Will our fee-paying parents be squeezed until the pips squeak?
A teachers' union wants state funds to private schools withdrawn. But drastic cuts could spell trouble, says Kim Bielenberg
Published 17/11/2011 | 06:00
Ireland's fee-paying schools are fighting a rearguard action to protect their funding before the Budget.
The Department of Education pays €100m a year in salaries to teachers in schools that charge fees.
In addition it has also paid for some school buildings, computers and other facilities in recent years.
The Teachers Union of Ireland (TUI) has called for funding to private schools to be withdrawn, and the issue was also raised in the Dáil last week by Independent TD Finian McGrath.
He questioned why the Government was slashing spending in disadvantaged schools, while continuing to spend €100 million on private institutions.
He asked: "Is it because the mindset of the Cabinet is informed by the fact that 40% of its members went to private schools?''
The Dublin North Central TD, a former primary school principal, told the Irish Independent: "The bottom line is that they are cutting funding to disadvantaged schools. They are saving very small amounts of money by getting rid of Special Needs assistants, while continuing to pay €100m to exclusive schools.''
The Education Minister Ruairi Quinn may be tempted to take some cash from the private school pot, but he is likely to tread warily. Radical cuts could spell trouble.
The issue is heavily complicated by the way in which the majority of Protestant schools are funded.
For historical reasons, 20 of the 26 Protestant schools in the State charge fees, but in many cases they cater for pupils from a wide variety of backgrounds, and some of these fees are reimbursed using State funds.
Historically, pupils from modest backgrounds often sent their children to board, because there was no Protestant school in their area.
The Protestant schools regard their funding arrangement as distinct from other fee-paying schools.
A previous minister, Batt O'Keeffe, caused uproar when he scrapped annual administrative grants of €2.8m paid to Protestant schools.
In common with other schools that charge fees, Protestant schools have also had their funding for teachers' salaries cut. In the free sector, the State pays for one teacher for every 19 pupils. In fee-paying schools this figure is one in 20.
Michael Hall, Principal of the Church of Ireland King's Hospital School in Dublin, said the difference between Catholic and Protestant fee-paying schools was choice.
"A Catholic parent usually always has a choice between a free and a fee-paying school. That is not true of Protestant parents. There are many counties without any Protestant schools.''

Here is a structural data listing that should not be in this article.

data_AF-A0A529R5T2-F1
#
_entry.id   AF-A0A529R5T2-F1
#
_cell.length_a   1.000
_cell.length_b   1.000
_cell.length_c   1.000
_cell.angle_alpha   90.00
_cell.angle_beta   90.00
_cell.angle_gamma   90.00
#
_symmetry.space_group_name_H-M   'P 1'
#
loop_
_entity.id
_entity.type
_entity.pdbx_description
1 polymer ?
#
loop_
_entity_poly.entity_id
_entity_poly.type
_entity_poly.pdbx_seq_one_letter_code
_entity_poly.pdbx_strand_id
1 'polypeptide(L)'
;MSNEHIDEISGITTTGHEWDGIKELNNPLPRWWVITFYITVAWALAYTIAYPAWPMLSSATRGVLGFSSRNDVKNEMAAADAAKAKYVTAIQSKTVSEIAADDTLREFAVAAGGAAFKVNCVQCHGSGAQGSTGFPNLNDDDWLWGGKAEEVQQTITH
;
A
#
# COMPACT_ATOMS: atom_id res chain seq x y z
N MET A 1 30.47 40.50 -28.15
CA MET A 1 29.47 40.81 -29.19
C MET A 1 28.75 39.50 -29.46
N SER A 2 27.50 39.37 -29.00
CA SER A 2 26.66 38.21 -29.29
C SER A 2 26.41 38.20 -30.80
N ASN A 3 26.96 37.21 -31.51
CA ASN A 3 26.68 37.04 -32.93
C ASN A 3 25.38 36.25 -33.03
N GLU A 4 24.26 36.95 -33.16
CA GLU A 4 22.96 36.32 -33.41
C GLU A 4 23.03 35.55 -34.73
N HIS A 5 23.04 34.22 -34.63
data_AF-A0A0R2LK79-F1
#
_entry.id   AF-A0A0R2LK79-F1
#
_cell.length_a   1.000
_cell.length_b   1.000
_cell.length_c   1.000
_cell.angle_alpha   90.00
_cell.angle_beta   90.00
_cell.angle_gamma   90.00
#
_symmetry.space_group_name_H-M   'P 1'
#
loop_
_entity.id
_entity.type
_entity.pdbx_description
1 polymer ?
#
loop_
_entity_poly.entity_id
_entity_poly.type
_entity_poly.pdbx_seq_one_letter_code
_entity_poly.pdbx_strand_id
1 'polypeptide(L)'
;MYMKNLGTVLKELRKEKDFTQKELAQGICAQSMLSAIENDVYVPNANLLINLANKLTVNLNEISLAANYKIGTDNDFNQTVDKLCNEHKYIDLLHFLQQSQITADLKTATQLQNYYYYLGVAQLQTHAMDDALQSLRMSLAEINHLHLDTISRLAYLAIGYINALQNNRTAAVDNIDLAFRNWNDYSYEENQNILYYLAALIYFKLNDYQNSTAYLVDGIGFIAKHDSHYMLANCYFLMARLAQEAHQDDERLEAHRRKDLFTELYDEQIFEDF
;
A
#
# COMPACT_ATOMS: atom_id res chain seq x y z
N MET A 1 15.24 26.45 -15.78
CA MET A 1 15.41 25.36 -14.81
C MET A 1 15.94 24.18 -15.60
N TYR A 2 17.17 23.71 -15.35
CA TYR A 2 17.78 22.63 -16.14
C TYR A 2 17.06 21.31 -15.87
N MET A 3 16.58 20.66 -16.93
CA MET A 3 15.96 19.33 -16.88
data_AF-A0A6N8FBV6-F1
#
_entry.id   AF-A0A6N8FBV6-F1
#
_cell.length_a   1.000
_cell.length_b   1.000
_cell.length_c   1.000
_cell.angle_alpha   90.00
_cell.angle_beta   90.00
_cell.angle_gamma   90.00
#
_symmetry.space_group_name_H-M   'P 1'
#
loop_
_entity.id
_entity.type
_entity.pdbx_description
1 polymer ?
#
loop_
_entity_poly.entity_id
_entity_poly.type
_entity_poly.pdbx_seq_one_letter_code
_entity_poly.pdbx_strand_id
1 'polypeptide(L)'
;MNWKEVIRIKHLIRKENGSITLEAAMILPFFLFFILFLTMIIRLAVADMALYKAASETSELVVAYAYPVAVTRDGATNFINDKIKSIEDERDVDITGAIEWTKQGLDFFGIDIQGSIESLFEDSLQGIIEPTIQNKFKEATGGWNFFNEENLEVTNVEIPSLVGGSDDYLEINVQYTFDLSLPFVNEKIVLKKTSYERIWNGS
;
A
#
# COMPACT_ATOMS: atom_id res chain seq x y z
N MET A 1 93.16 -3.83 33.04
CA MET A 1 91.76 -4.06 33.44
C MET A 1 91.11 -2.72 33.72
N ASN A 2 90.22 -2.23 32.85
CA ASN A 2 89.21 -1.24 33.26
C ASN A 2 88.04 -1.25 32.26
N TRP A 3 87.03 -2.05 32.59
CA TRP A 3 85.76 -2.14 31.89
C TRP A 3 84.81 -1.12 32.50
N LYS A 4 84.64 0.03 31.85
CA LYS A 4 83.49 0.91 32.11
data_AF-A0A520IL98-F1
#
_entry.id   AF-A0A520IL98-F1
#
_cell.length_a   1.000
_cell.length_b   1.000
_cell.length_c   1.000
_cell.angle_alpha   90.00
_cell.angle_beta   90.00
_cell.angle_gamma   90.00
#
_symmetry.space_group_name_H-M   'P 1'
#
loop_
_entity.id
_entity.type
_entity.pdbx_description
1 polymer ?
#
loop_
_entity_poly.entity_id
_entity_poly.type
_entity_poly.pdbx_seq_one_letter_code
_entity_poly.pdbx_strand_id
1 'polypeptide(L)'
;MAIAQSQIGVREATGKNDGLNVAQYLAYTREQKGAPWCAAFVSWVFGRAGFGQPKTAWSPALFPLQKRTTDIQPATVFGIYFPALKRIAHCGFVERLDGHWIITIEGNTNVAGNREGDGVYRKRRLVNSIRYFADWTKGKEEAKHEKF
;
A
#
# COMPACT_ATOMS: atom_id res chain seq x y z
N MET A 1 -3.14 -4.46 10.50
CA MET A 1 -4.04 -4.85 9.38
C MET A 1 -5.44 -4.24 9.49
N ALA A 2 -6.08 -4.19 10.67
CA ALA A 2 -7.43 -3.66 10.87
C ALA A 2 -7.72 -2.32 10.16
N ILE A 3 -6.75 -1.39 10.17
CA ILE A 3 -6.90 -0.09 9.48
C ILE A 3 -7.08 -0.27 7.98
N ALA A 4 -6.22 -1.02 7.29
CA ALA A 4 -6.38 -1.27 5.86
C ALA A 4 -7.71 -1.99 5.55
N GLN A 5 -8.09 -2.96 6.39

The Protestant schools may have a strong case, particularly when it comes to their middle-of-the-road schools in rural areas, but Ruairi Quinn faces a difficult choice.
Even if he wants to cut funding to fee-paying schools, he will not want to be seen to favour one religion over another.
When Batt O'Keeffe scrapped certain grants to Protestant schools he said there were concerns about the constitutionality of giving funds to Protestant schools, and not to those of a Catholic ethos.
The increasingly vocal lobby working on behalf all private schools puts forward other arguments in favour of the State continuing to pay their teachers.
Citing a report by PricewaterhouseCoopers, they estimate that each pupil in the fee-paying sector saves the State €3,500 annually. This is because the State contributes little or nothing towards buildings, and it does not pay a raft of other grants to which State-funded schools are entitled.
Gerry Foley, principal of Belvedere College, has argued that parents of his pupils are taxpayers, and are entitled to free post-primary education.
Like others in the fee-paying sector he has argued that the withdrawal of funding will end up costing the State more, because parents who cannot afford fees will have to send their children to schools without fees.
These arguments are not accepted by John MacGabhann, General Secretary of the TUI, who believes funding to private schools should be withdrawn.
John MacGabhann said: "With the exception of a few schools that charge very low fees, private schools could easily survive on their fee income and still be able to hire additional teachers and offer additional subject choice.
"I respect the right of parents to make a choice, but the State should not be supporting very significant privilege.''
He said: "I also recognise that there would have to be special provision for schools catering for minorities, where there may not be a choice of school.''
Faced with a choice of cutting funding to disadvantaged schools or hitting fee-paying institutions, Ruairi Quinn may see no option but to take the latter course.
But he will want to avoid any measures that are seen to be religiously divisive. There may be more cuts to private education in the Budget, but they are likely to be modest rather than dramatic.